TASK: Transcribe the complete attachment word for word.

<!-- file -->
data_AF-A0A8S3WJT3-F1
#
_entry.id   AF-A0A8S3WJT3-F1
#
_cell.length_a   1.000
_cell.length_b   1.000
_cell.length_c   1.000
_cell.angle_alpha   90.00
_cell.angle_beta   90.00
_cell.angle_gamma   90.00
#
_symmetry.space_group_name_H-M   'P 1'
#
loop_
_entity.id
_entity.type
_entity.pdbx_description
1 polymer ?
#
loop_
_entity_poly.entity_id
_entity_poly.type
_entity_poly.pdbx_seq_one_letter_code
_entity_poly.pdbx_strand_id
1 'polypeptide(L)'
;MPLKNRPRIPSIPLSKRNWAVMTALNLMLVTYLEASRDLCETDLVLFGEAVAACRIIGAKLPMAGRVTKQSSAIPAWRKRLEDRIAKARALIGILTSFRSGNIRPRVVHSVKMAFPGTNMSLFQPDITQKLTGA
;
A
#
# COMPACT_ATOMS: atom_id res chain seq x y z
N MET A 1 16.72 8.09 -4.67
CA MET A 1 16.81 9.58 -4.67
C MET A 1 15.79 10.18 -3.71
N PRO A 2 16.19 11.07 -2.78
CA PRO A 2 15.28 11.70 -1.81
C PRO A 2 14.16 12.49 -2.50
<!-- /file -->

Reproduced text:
data_AF-A0A8S3WJT3-F1
#
_entry.id   AF-A0A8S3WJT3-F1
#
_cell.length_a   1.000
_cell.length_b   1.000
_cell.length_c   1.000
_cell.angle_alpha   90.00
_cell.angle_beta   90.00
_cell.angle_gamma   90.00
#
_symmetry.space_group_name_H-M   'P 1'
#
loop_
_entity.id
_entity.type
_entity.pdbx_description
1 polymer ?
#
loop_
_entity_poly.entity_id
_entity_poly.type
_entity_poly.pdbx_seq_one_letter_code
_entity_poly.pdbx_strand_id
1 'polypeptide(L)'
;MPLKNRPRIPSIPLSKRNWAVMTALNLMLVTYLEASRDLCETDLVLFGEAVAACRIIGAKLPMAGRVTKQSSAIPAWRKRLEDRIAKARALIGILTSFRSGNIRPRVVHSVKMAFPGTNMSLFQPDITQKLTGA
;
A
#
# COMPACT_ATOMS: atom_id res chain seq x y z
N MET A 1 16.72 8.09 -4.67
CA MET A 1 16.81 9.58 -4.67
C MET A 1 15.79 10.18 -3.71
N PRO A 2 16.19 11.07 -2.78
CA PRO A 2 15.28 11.70 -1.81
C PRO A 2 14.16 12.49 -2.50